There has been much debate over the proposed hours of service (HOS) rule that would result in a reduction of hours drivers are allowed on the road.
The Federal Motor Carrier Safety Administration (FMCSA) is pushing for the proposal to be passed while groups such as the American Trucking Associations (ATA) are against it, claiming that the current rules are working just fine and continuing to improve safety. A reduction in driving time would only make it harder for carriers to fulfill shipments, lead to further capacity issues, and would require more drivers when there is already a shortage.
The FMCSA is trying to justify passing the new rules by claiming that 13% of crashes are caused in some part by fatigue and that reducing the amount of hours a driver is allowed on the road would help solve this problem and increase safety.
The ATA, however, claims that the FMCSA has manipulated “its own crash numbers to make driver fatigue seem like a more significant cause of truck crashes so its new hours of service proposal could pass the required cost/benefit analysis,” nearly doubling the statistic from the 7 percent figure that the FMCSA had always claimed to be accurate (http://www.truckinginfo.com/news/news-detail.asp?news_id=72688).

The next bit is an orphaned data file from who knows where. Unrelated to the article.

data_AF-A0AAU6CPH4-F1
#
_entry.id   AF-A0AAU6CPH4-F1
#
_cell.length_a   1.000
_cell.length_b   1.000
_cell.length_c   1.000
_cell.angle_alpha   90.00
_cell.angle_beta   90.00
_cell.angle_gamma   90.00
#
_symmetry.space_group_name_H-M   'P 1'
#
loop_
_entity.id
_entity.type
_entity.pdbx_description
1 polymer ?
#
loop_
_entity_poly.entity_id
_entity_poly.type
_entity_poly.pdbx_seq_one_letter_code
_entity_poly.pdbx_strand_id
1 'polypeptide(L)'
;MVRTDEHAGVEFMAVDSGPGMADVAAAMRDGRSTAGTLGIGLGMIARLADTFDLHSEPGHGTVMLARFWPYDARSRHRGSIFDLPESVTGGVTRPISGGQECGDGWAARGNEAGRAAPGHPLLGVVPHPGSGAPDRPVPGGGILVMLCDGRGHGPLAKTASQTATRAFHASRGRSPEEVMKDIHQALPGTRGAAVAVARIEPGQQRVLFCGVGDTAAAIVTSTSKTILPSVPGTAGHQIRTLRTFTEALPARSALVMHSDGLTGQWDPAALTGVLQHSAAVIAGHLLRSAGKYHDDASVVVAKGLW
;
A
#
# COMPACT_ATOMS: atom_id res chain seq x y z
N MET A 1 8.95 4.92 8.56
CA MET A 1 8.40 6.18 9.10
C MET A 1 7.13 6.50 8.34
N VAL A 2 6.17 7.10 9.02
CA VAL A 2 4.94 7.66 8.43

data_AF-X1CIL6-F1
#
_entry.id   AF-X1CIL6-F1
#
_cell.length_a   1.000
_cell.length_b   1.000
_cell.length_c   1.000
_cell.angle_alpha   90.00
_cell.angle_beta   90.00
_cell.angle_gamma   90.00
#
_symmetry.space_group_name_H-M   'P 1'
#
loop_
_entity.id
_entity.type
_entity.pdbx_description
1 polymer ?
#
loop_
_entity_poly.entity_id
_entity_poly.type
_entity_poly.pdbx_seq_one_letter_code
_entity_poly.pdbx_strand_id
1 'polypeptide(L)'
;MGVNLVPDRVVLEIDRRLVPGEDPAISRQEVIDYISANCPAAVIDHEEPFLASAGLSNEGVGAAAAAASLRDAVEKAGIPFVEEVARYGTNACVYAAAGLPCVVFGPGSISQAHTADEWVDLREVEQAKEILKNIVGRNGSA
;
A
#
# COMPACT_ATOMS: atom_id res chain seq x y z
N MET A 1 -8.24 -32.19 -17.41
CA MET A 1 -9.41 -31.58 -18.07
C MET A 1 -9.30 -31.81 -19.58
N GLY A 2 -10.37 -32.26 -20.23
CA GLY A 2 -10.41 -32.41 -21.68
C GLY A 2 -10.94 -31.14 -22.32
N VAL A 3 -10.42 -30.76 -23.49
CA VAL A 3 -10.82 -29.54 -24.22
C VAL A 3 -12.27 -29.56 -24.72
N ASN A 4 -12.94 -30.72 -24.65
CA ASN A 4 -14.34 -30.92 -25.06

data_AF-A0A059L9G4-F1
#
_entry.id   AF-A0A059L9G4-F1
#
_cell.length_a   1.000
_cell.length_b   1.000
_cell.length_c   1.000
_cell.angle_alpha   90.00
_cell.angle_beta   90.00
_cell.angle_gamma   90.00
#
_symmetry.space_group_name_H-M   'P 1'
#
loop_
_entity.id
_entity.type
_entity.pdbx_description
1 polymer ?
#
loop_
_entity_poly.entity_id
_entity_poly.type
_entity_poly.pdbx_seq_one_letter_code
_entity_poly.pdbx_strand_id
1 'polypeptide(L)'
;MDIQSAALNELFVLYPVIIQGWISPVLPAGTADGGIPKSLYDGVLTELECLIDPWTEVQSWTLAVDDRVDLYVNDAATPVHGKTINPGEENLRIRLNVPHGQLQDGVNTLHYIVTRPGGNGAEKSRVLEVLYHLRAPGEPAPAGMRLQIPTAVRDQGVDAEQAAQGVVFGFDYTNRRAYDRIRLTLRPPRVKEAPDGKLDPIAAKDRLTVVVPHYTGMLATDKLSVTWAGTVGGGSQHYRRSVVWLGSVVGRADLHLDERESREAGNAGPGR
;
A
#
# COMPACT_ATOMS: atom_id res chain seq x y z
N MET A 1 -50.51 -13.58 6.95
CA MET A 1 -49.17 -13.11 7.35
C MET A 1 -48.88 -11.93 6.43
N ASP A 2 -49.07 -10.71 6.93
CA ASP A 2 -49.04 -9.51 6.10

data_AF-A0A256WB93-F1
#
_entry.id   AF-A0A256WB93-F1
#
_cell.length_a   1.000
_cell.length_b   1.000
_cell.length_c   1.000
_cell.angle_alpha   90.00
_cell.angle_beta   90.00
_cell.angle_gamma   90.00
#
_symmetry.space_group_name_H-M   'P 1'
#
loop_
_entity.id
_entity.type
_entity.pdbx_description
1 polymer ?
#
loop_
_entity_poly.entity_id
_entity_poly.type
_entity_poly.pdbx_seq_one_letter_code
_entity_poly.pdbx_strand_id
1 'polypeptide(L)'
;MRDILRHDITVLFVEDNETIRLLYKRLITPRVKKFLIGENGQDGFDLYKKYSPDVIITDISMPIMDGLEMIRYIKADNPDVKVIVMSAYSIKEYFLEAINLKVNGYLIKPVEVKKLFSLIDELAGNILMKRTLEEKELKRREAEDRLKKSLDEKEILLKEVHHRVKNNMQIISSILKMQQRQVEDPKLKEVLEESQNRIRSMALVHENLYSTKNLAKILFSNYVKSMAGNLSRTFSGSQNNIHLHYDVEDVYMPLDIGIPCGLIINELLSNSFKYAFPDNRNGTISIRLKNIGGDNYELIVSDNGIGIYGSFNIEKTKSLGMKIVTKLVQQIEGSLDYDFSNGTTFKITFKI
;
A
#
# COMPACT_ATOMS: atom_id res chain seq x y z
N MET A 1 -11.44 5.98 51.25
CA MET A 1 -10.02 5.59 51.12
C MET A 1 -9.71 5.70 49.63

According to truckinginfo.com, the ATA believes that the numbers are inaccurate since the FMCSA “overstated the percentage of single-vehicle truck crashes (which are more likely to be fatigue-related) compared to multi-vehicle crashes” by “doubling the weight given to single-vehicle truck crashes” as well as “treating any crash in which fatigue is listed as an “associated factor” as a fatigue-caused crash.”
Stay up-to-date on the HOS proposal by visiting www.roadscholar.com.